“Must you have battle in your heart forever? The bloody toil of combat? Old contender…”
– Odyssey 12:132f, Fitzgerald
Homer’s Odyssey, written around 750 BC, is one of the first known written works that tells of the “psychologically injured” veteran who returns from war and fails to adapt to society. A man named Odysseus, which means “man of enmity”, endures both Trojan War and a decade of grueling travel before finding his way home. If you’ve read this story, you’re aware his homecoming was anything but peaceful. This perception of the psychologically wounded veteran permeates into today’s society. Millions of government dollars and countless non-profits exist to provide counseling and pharmaceuticals to help veterans re-integrate.
Some international humanitarian organizations buy into this perception by denying jobs to applicants who are qualified candidates with military backgrounds, due to the humanitarian principle of neutrality. I, a veteran of the U.S. Army, have been turned down three times because of my military background. On this Veteran’s Day holiday in the U.S., I want to challenge the perception of the veteran written by Homer in the 8th century, and make the case that veterans returning to places of conflict is healing for themselves and for the citizens of the conflict-affected countries in which they are working.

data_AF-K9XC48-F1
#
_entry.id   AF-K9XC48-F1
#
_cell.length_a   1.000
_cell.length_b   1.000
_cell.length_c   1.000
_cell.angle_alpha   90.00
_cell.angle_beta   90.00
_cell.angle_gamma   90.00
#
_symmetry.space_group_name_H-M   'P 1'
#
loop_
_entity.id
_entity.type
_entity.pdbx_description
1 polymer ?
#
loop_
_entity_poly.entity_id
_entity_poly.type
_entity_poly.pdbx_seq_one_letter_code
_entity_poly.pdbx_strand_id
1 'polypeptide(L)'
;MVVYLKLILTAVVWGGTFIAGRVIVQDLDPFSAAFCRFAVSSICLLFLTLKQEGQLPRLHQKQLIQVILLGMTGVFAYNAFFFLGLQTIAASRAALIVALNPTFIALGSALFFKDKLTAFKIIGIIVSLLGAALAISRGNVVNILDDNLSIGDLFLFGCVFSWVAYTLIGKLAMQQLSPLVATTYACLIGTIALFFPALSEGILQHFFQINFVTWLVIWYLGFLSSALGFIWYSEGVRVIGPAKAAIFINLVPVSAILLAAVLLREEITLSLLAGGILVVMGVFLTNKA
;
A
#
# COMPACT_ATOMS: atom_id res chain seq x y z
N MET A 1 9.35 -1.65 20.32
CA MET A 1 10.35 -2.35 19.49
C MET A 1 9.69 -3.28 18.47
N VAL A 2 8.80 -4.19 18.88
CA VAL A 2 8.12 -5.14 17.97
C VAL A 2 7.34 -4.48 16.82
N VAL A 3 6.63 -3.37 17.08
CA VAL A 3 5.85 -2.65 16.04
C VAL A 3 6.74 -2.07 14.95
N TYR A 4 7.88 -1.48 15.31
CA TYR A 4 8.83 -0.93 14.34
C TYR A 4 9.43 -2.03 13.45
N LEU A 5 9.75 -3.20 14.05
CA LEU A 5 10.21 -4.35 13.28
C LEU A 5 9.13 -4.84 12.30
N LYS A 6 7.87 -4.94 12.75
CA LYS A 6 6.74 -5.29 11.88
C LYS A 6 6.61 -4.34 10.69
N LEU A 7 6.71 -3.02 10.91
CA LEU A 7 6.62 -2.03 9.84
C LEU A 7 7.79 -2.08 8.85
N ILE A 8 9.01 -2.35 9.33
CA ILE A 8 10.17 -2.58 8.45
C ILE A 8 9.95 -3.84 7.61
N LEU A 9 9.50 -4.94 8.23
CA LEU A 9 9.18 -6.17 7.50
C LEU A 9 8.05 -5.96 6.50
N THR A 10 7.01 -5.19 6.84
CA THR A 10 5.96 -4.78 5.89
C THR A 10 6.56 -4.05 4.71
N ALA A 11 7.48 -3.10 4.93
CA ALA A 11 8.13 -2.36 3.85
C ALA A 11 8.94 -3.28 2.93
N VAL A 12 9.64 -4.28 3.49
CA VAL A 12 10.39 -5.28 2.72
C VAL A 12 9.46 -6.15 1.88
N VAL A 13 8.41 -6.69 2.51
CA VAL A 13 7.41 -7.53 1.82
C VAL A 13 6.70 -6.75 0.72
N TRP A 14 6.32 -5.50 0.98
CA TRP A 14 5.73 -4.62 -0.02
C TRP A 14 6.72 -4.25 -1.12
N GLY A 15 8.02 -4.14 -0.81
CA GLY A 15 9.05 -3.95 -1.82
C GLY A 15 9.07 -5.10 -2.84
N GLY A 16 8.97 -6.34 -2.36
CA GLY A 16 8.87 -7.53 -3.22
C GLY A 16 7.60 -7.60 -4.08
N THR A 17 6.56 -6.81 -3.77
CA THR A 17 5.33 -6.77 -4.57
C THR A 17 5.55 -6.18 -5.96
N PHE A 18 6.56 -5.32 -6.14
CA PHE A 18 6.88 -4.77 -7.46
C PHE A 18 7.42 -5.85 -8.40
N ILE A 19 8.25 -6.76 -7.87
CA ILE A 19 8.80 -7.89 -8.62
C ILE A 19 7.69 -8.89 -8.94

Dave Hansen is a U.S. veteran of the war between the U.S. and Vietnam, having served as a med-evac pilot in the Khe Sanh Combat Base. On June 4, 1971, Dave was called to emergency evacuate a team of U.S. Army Special Forces from Hill 950 (just N. of Khe Sanh Airfield). Amidst an intense firefight within an enclosed area being overrun by North Vietnamese forces, Dave landed his helicopter and rescued his fellow soldiers. While the level of fire after takeoff forced Dave to make another emergency landing, all aboard survived and successfully evacuated. Fast-forward to 2012, Dave led a team of U.S. veterans from wars in Vietnam, Iraq, and Afghanistan back to Khe Sanh to meet with the same men the U.S. fought against from the Northern Vietnamese Army. These men, previously adversaries, planted trees at Khe Sanh and burned incense in honor of those who died on both sides of the war. While sharing an evening meal, tension between Vietnamese and U.S. veterans was palpable when Dave asked the ultimate question to his previous adversaries: “Where were you on June 4, 1971?” The ensuing dialogue had no anger, no condemnation, no accusations or even apologies for what was done. Simply humans, who by chance were born on different sides of a conflict, coming together to make peace with the past. An example had been set for the veterans of my generation.